Hunter Biden: The Rogue’s Progress

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Jim Geraghty at National Review Online has put together a timeline detailing the career of Hunter Biden:

 

April 2014: Hunter Biden joins the board of Burisma Holdings. Alan Apter, a former Morgan Stanley investment banker who was chairman of Burisma, said at the time, “The company’s strategy is aimed at the strongest concentration of professional staff and the introduction of best corporate practices, and we’re delighted that Mr. Biden is joining us to help us achieve these goals.” Biden’s primary duty is to attend board meetings and energy forums in Europe once or twice a year, and he is paid $50,000 per month.

Apter added, “This is totally based on merit.”

May 13, 2014: At the White House, Press Secretary Jay Carney responds to a question about Hunter Biden’s joining the board and the appearance of a potential conflict of interest:

I would refer you to the vice president’s office. I saw those reports. You know, Hunter Biden and other members of the Biden family are obviously private citizens, and where they work does not reflect an endorsement by the administration or by the vice president or president. But I would refer you to the vice president’s office.

The same day, at a State Department press briefing, AP reporter Matt Lee asks, “Does this building diplomatically have any concerns about potential perceptions of conflict or/cronyism — which is what you’ve often accused the Russians of doing?”

“No, he’s a private citizen,” State Department spokeswoman Jen Psaki replied.

May 14, 2014: The U.K.-based Guardian newspaper blasts Biden’s new position, snarking, “Somebody needs to get involved in Ukraine’s corporate governance, and it might as well be a clutch of rich, well-connected American dudes with weird first names.” Washington Post columnist Adam Taylor writes:

The appointment of the vice president’s son to a Ukrainian oil board looks nepotistic at best, nefarious at worst. No matter how qualified Biden is, it ties into the idea that U.S. foreign policy is self-interested, and that’s a narrative Vladimir Putin has pushed during Ukraine’s crisis with references to Iraq and Libya.

Sometime in 2015: Chris Heinz ends his relationship with Rosemont Seneca.

December 8, 2015: Writing in the New York Times, James Risen says of the vice president’s trip to Ukraine:

The credibility of the vice president’s anticorruption message may have been undermined by the association of his son, Hunter Biden, with one of Ukraine’s largest natural gas companies, Burisma Holdings, and with its owner, Mykola Zlochevsky, who was Ukraine’s ecology minister under former President Viktor F. Yanukovych before he was forced into exile.

December 11, 2015: A New York Times editorial praises Biden’s message to the Ukrainian government but notes:

The credibility of Mr. Biden’s message may be undermined by the association of his son with a Ukrainian natural-gas company, Burisma Holdings, which is owned by a former government official suspected of corrupt practices. A spokesman for the son, Hunter Biden, argues that he joined the board of Burisma to strengthen its corporate governance. That may be so. But Burisma’s owner, Mykola Zlochevsky, has been under investigation in Britain and in Ukraine. It should be plain to Hunter Biden that any connection with a Ukrainian oligarch damages his father’s efforts to help Ukraine. This is not a board he should be sitting on.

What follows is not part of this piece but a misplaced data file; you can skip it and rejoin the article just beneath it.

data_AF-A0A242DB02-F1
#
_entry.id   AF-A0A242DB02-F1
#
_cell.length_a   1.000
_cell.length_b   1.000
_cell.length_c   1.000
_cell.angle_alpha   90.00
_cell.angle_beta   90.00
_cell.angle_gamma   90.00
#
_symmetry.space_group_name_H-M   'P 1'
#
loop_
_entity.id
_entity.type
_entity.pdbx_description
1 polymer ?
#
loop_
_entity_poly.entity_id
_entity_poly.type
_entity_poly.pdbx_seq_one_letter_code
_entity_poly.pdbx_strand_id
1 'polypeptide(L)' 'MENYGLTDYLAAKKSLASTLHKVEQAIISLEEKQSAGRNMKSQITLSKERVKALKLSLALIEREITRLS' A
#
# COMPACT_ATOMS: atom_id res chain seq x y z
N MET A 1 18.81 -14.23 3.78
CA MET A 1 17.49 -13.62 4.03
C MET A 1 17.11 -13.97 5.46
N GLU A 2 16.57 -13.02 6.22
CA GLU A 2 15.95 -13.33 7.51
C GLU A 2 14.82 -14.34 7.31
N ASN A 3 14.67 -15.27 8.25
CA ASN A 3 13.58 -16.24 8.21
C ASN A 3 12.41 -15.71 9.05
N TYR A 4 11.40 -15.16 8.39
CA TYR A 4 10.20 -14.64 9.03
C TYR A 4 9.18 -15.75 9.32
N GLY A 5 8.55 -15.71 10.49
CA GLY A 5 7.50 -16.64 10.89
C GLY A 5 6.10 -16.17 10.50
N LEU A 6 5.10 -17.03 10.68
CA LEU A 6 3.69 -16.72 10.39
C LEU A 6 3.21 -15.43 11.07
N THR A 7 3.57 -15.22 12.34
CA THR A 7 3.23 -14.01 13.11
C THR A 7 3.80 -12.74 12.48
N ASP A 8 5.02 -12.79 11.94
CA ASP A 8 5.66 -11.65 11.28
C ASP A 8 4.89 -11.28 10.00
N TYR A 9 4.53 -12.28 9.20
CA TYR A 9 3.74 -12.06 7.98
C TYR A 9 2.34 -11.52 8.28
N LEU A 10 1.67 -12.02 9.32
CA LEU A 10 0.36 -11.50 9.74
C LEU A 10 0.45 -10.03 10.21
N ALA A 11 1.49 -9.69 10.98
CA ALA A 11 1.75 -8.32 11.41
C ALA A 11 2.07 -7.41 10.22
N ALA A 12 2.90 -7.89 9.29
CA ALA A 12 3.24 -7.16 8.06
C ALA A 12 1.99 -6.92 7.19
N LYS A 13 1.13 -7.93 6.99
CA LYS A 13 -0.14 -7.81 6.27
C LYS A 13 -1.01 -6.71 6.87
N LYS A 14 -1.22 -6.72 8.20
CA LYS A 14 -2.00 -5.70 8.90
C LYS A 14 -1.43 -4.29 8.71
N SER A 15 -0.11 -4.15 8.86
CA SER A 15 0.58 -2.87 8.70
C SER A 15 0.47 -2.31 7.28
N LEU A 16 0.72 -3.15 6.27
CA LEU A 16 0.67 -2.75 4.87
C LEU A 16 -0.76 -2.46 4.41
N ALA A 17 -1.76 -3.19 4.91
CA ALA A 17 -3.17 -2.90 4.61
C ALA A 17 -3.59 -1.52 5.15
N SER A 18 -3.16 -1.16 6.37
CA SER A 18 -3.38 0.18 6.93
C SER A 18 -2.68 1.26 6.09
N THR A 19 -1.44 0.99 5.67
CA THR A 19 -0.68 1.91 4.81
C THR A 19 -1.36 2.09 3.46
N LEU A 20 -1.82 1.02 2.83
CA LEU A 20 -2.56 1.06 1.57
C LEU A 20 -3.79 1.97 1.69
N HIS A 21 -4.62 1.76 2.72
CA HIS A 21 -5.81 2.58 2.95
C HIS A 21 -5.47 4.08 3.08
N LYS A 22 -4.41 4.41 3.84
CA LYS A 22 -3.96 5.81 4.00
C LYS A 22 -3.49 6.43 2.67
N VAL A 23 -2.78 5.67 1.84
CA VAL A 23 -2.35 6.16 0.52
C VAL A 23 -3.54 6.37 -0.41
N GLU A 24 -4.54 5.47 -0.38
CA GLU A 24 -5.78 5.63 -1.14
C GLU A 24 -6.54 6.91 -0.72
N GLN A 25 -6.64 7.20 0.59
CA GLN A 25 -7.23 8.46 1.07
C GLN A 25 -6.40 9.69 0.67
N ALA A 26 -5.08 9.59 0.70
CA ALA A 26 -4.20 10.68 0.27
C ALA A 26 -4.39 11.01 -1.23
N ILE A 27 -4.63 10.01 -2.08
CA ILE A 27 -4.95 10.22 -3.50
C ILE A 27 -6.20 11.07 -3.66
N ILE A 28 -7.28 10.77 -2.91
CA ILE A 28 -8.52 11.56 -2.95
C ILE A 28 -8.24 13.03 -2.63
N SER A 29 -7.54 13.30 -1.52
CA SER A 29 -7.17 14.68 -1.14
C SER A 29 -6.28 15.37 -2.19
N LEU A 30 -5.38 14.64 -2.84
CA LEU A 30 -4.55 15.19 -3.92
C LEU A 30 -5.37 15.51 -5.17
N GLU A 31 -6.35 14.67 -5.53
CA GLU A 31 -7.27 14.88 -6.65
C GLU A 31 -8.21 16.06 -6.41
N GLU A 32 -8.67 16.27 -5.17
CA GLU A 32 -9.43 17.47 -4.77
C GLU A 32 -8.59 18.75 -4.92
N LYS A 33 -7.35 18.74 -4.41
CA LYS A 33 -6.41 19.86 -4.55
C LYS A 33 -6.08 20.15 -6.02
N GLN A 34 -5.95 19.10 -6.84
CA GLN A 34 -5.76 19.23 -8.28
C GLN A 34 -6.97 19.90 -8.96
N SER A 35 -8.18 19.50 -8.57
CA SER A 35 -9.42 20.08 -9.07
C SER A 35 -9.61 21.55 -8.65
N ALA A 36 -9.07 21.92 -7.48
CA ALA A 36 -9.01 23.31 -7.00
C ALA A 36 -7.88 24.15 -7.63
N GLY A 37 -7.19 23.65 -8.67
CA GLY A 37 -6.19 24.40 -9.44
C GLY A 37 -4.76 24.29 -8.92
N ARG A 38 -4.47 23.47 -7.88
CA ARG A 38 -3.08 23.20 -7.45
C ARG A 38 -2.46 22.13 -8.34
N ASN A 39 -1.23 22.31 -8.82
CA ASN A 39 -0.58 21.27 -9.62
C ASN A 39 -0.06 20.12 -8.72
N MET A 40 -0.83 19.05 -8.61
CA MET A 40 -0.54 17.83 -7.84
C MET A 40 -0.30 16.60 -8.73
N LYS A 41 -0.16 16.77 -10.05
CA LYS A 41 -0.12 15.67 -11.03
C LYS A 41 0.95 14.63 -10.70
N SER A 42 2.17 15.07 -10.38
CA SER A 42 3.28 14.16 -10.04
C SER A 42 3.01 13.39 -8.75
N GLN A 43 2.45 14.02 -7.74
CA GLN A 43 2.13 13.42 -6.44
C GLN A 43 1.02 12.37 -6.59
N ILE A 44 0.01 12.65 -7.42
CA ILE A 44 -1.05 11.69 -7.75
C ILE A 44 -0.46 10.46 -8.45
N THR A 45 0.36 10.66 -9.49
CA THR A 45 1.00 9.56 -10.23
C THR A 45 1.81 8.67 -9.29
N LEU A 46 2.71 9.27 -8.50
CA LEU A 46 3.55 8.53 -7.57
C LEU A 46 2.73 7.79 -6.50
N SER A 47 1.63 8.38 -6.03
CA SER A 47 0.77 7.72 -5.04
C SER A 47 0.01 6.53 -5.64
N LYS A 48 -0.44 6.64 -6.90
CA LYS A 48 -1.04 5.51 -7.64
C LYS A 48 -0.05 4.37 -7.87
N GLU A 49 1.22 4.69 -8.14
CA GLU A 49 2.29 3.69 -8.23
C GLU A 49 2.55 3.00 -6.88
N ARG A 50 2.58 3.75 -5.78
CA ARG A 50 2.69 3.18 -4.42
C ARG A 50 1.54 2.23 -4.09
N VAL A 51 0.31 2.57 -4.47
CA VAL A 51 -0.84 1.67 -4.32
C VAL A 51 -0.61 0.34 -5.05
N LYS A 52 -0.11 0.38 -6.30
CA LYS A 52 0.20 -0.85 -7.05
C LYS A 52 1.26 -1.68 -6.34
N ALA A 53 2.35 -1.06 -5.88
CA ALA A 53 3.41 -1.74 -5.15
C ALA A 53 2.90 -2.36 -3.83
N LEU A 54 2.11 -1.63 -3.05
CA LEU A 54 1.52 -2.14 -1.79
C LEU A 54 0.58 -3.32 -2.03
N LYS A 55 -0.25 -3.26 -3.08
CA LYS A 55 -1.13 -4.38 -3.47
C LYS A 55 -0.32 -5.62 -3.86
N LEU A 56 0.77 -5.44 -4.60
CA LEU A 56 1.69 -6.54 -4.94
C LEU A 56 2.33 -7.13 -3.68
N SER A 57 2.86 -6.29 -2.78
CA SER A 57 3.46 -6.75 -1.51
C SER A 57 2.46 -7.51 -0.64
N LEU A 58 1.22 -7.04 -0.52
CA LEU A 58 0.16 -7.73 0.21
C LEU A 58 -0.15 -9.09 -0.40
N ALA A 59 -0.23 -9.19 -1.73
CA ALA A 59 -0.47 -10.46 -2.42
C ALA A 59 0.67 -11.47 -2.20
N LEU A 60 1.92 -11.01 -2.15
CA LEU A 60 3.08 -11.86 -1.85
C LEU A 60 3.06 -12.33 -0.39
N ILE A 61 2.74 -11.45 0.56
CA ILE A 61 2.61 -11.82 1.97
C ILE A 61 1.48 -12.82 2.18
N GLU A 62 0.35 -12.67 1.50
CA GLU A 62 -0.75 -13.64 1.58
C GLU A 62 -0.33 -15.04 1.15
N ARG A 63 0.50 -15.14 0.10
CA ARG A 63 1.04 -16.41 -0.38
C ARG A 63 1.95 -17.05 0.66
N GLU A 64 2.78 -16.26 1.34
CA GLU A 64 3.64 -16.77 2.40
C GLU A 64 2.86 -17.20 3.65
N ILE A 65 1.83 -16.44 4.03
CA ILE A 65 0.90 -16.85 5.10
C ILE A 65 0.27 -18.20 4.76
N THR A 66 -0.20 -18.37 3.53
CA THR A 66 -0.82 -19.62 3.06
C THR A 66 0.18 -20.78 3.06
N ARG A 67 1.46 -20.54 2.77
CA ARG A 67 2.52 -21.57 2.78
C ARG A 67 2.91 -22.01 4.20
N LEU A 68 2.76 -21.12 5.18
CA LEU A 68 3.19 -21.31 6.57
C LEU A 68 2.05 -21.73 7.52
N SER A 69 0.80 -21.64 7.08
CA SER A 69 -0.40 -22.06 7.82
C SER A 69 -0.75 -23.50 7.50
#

A few days ago, Risen wrote at The Intercept that Biden’s message on the trip was being completely misinterpreted:

The then–vice president issued his demands for greater anti-corruption measures by the Ukrainian government despite the possibility that those demands would actually increase — not lessen — the chances that Hunter Biden and Burisma would face legal trouble in Ukraine.

December 2016: Hunter Biden and his wife, Kathleen, file for divorce. The divorce becomes official April 14, 2017. Sometime when Biden is “in the middle of the divorce,” he meets the Chinese energy tycoon Ye Jianming. As CNN described, “at its height, Ye’s company, CEFC China Energy, aligned itself so closely with the Chinese government that it was often hard to distinguish between the two.”

Go here to read the rest.  Hunter Biden has never made an honest buck as an adult.  His entire career has been trading off his father’s name, most of it involving blatant influence peddling.  Yeah Democrats lets examine this in your impeachment investigation.  Bring it.

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One Comment

  1. I think the most interesting facet of this long corrupt narrative is that Burisma Holdings felt a need to pay Biden through a complicated banking transfer network, that went from the Ukraine to Latvia to a Cyprus bank (remember one of the accusations against Manafort was that he money-laundered Ukrainian money in an occult Cyprus bank). Rudy Giuliani asserts that he has the evidence of this money transfer, and George Stephanopoulos wisely didn’t ask to see it at his interview with Rudy this past week (“This Week” , 9/28/19).

    As Giuliani points out, the very fact that Butisma’s efforts with this money transfer went to great lengths to hide it’s origins is virtual evidence of a corrupt payoff.

    When Victor Shokin, the Ukrainian prosecutor that Joe Biden got fired, inquired about the amount of actual total money that was wired to Hunter Biden at the Cypriot bank, the US Embassy (of course, under the then-Obama-Biden administration) advised the bank not to provide the information.

    It was shortly after that that Joe Biden had the phone call with the prior Ukrainian president and fired Victor Shokin.

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